• [0050]
    A camera-based multispectral sensor was developed based on the reflectance characteristics determined using a UV-Vis-NIR Spectrophotometer. The sensor was capable to acquire images at three NIR wavebands (1450, 1550, and 1600 nm) with bandwidth of 12 nm. The sensor was tested in lab with six types of ICCS. The testing results showed that the images pixels values were very strongly correlated with the micronaire of lint cotton (Tables 3 and 4). Table 3 summaries the measurement results of the lint samples at each waveband using ROI processing method. Each point of the pixel value in the table is the average reflectance of the sample in the selected image region. It was observed that there was a trend that the lint with higher micronaire has lower reflectance at all three NIR wavebands. This result was consistent with what was found in the study on determination of fiber quality sensitive-wavebands using UV-VIS-NIR spectrophotometer.
  • [0051]
    Micronaire of lint samples and their corresponding pixel values at various wavebands are shown below in Table 3:
  • [0000]
    Pixel Pixel
    value value
    Lint Micronaire @1450 @1550 Pixel value
    sample Replications value nm nm @1600 nm
    AM-8 1 5.58 2122 2408 2425
    2 5.58 2127 2415 2422
    3 5.58 2119 2421 2416
    BM-2 1 4.58 2142 2432 2482
    2 4.58 2146 2449 2479
    3 4.58 2150 2428 2469
    CM-19 1 3.41 2164 2464 2509
    2 3.41 2158 2470 2512
    3 3.41 2151 2474 2513
    DM 1 4.03 2138 2440 2500
    2 4.03 2152 2456 2509
    3 4.03 2138 2448 2514
    GM-10 1 2.67 2194 2499 2527
    2 2.67 2183 2501 2538
    3 2.67 2191 2507 2530
    IM-37 1 5.03 2126 2419 2469
    2 5.03 2128 2414 2472
    3 5.03 2130 2419 2478

    The pixel values were calculated using Region of Interest (ROI) data of images acquired by the multispectral sensor.
  • [0052]
    Micronaire of lint sample and its corresponding pixel value at various wavebands are shown below in Table 4:
  • [0000]
    Lint Micronaire Pixel value Pixel value Pixel value
    sample value @1450 nm @1550 nm @1600 nm
    AM-8 5.58 2084 2365 2385
    BM-2 4.58 2106 2397 2435
    CM-19 3.41 2117 2426 2468
    DM 4.03 2105 2394 2457
    GM-10 2.67 2150 2454 2489
    IM-37 5.03 2062 2366 2423

    The pixel value was calculated using histogram data of images acquired by the multispectral sensor.
  • [0053]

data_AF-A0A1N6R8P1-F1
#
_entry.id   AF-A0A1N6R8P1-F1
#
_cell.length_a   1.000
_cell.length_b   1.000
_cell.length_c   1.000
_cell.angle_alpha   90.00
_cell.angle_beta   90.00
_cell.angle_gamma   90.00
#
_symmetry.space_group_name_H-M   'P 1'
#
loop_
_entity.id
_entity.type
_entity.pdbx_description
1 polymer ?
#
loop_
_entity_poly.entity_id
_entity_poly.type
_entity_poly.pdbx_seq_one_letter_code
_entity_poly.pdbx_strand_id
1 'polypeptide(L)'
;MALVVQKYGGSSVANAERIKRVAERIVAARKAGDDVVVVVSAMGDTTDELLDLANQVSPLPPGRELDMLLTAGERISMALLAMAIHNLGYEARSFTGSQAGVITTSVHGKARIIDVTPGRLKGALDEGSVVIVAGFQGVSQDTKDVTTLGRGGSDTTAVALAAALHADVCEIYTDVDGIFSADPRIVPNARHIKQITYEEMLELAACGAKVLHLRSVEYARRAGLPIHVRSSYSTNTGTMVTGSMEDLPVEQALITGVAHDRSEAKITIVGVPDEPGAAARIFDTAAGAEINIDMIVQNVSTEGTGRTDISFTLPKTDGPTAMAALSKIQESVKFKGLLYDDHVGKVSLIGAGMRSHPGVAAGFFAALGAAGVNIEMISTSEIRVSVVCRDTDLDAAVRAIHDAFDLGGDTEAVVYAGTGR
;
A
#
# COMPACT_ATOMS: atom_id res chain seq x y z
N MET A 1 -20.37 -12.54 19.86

Regression analysis results (Table 5) indicated that micronaire has a very strong correlation with the pixel value (r2=0.98) as the three wavebands (1450 nm, 1550 nm, 1600 nm) are involved in the model. The correlation coefficient was as high as 0.93 even only 1550 nm waveband was used in the model. Compared with the 1550 nm and 1600 nm bands, the reflectance at 1450 nm has a weaker correlation with micronaire. The combination of bands 1550 nm and 1600 nm could be a practical option for micronaire measurement because the model with those two bands only has an r-square value of 0.98 which is as great as that of the model involving the three wavebands. Table 4 presents the pixel values that were calculated using image's histogram data. And the regression analysis results of image histogram data were given in Table 6. The results showed a very close correlation between micronaire and the pixel value as well, which is consistent to what it found using spectroscopic data and ROI data. Again, the model with 1550 nm and 1600 nm as variables showed the closest correlation between micronaire and the image (r2=0.99). The 1450 nm band was not as great as the other two bands in predicting micronaire. It was noticed that 1600 nm band showed a much stronger correlation with micronaire in histogram data (r2=0.96) than in the ROI data (r2=0.88). In general, the r-square value in Table 6 is higher than that in Table 5 as the same waveband variable was used the model. This could be partially due to that observations used in histogram data analysis (n=6) were less than that used in ROI data analysis (n=18). Results from both ROI data analysis and histogram data analysis suggested that the sensor still could do an excellent job in determining lint micronaire even only using two bands 1550 nm and 1600 nm. Predicted micronaire was calculated using a three-waveband (1450, 1550, and 1600 nm) model developed using ROI data and a two-waveband (1550 and 1600 nm) model using the histogram data. They were plotted versus the actual micronaire (FIGS. 5 and 6). It was indicated that the models preformed better in predicting the lower and higher micronaire. The prediction error was relatively larger with medium micronaire samples.